One morning in fall 2016, Lars Kenseth rode an elevator to the 38th floor of One World Trade Center in downtown Manhattan. After signing in with other cartoonists, he sat in the waiting room, clutching a small selection of his best single-panel gags. His knees were knocking. He worried he might even pass out from nerves and wake up in the hospital. Kenseth had already found success pitching animated shows to bigwig TV executives on the West Coast, but this was different. This was The New Yorker. And he’d been dreaming of this moment since he was a child.
“I was probably 6 or 7,” recalls Kenseth, “when my dad foisted this Charles Addams retrospective on me. It was way too dark for me to even comprehend, but I fell in love with the weirdness and cleverness—they’re the quintessential New Yorker cartoons.” Kenseth spent much of his childhood doodling, but when he got to Dartmouth he didn’t draw cartoons. Instead, with the encouragement of film and media studies professor David Ehrlich, he found his calling in the world of animation.
Kenseth moved to Los Angeles shortly after graduation. He eventually worked on animated shows for Fox and MTV, including Lifers and Popzilla. In 2016, inspired by a documentary about New Yorker cartoonists, he started producing gag cartoons again in earnest. “I got into the routine of doing 10 per week,” he says.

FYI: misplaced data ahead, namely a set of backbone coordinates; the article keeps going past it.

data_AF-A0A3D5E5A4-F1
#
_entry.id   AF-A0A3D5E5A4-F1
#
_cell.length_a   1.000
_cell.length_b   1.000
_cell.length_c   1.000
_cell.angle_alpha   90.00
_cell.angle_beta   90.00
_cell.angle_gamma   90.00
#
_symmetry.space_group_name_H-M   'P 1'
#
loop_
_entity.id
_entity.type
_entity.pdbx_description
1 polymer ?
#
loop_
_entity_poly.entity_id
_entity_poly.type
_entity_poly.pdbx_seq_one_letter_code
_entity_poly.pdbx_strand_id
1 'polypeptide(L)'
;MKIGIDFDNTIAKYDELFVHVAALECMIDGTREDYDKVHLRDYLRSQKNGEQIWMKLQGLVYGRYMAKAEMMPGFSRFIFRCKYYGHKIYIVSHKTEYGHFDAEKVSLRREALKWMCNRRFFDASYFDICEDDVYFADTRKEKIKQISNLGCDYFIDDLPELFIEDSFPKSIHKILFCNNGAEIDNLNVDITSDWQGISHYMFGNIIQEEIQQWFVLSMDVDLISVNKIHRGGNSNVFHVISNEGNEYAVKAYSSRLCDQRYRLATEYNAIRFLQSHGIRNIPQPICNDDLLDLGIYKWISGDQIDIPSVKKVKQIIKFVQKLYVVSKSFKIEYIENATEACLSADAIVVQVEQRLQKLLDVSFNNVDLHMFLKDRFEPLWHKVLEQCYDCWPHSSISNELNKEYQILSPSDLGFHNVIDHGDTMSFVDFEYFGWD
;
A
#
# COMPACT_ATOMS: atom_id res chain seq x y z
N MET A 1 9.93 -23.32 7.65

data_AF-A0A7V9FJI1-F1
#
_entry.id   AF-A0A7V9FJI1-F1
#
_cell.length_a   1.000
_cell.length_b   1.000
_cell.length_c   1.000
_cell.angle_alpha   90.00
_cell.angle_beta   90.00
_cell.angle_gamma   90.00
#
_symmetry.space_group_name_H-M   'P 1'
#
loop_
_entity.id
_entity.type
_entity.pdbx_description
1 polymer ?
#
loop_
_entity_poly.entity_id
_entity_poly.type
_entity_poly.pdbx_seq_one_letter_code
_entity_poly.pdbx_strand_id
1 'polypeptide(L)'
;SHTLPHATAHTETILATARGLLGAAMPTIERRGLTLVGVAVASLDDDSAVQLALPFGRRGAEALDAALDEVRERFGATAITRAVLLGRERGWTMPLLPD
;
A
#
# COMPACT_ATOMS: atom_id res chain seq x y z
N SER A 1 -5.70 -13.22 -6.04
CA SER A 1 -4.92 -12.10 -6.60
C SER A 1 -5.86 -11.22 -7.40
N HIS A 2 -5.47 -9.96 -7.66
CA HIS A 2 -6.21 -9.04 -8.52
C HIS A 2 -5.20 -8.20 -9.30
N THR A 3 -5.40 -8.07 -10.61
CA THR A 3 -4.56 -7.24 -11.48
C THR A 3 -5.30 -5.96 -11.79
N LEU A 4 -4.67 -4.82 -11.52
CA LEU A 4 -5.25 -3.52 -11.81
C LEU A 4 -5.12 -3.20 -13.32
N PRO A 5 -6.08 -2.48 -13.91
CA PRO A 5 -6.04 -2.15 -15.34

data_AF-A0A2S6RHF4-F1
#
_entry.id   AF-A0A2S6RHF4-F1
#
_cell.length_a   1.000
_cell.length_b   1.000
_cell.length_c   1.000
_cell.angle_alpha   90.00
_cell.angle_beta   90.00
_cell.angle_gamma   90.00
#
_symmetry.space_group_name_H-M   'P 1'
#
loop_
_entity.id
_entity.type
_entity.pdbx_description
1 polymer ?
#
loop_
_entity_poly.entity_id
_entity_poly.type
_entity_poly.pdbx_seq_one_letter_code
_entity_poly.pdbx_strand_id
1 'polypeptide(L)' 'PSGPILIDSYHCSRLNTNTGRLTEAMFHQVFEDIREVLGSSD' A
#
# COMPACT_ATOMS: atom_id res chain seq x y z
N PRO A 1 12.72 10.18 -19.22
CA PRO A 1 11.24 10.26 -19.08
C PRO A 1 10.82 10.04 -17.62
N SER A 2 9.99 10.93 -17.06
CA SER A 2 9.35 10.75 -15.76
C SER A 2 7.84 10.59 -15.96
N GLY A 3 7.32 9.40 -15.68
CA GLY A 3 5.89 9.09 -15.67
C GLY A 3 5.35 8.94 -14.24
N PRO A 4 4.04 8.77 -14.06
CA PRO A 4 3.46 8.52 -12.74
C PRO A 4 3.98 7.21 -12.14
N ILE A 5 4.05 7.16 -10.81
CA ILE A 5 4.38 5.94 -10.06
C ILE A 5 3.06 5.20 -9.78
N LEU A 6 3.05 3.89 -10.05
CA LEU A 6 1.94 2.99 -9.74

“Lars has a great work ethic,” says Matt Diffee, head of the Los Angeles chapter of the National Cartoonists Society. “He also has the ability and the confidence to do really absurd, nutty jokes.” Diffee recognized Kenseth’s potential and helped secure a meeting with Bob Mankoff, then the cartoon editor for The New Yorker.
When Mankoff finally called Kenseth in from the waiting room to review his submissions, he praised the young cartoonist’s sense of humor. He also derided Kenseth’s drawing style, which featured sinister-looking characters with long, pointy noses. “Mankoff told me to ‘get rid of that avian proboscis,’ ” says Kenseth. “So I went back to the drawing board.” A few weeks—and a few design tweaks—later, Mankoff bought two submissions.
Beyond his cartoon work, Kenseth continues to produce the animated show Chuck Deuce for Adult Swim, has multiple scripts in development for other projects and will soon take the reins of the local Cartoonist Society chapter from Diffee. “I don’t know anybody who’s working harder than Lars. He’s in a great position, and I think the road is upward for him,” says Diffee. (Kenseth, a fan of Keggy, the unofficial Dartmouth mascot, also created the “Sketchbook” illustration for this issue.)
Kenseth’s first New Yorker cartoon—featuring a creepy clown peering through a window into a psychiatrist’s office—ran in the November 14, 2016, issue. In the months since, he’s sold more than a dozen to the magazine. Still, for every cartoon bought by The New Yorker, many more are turned down. Here’s a selection of single-panel gags from Kenseth’s pile of rejects.